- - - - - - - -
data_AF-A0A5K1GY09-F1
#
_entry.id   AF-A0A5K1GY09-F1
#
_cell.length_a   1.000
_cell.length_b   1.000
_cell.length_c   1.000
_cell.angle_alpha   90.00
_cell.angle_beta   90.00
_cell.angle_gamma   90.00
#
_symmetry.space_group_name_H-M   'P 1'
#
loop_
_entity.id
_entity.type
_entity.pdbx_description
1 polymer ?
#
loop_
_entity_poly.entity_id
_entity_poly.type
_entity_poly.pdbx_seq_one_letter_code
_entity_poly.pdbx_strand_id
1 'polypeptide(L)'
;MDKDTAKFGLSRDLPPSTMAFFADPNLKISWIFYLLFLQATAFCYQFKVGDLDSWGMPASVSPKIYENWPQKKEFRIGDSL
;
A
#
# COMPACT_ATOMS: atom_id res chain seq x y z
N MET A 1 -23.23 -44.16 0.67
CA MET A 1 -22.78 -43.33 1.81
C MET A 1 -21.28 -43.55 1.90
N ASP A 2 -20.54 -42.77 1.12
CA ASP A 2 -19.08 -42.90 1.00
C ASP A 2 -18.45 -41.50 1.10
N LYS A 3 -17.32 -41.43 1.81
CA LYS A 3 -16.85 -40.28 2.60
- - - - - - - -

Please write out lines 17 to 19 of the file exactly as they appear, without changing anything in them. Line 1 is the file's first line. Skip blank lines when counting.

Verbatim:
_entity.pdbx_description
1 polymer ?
#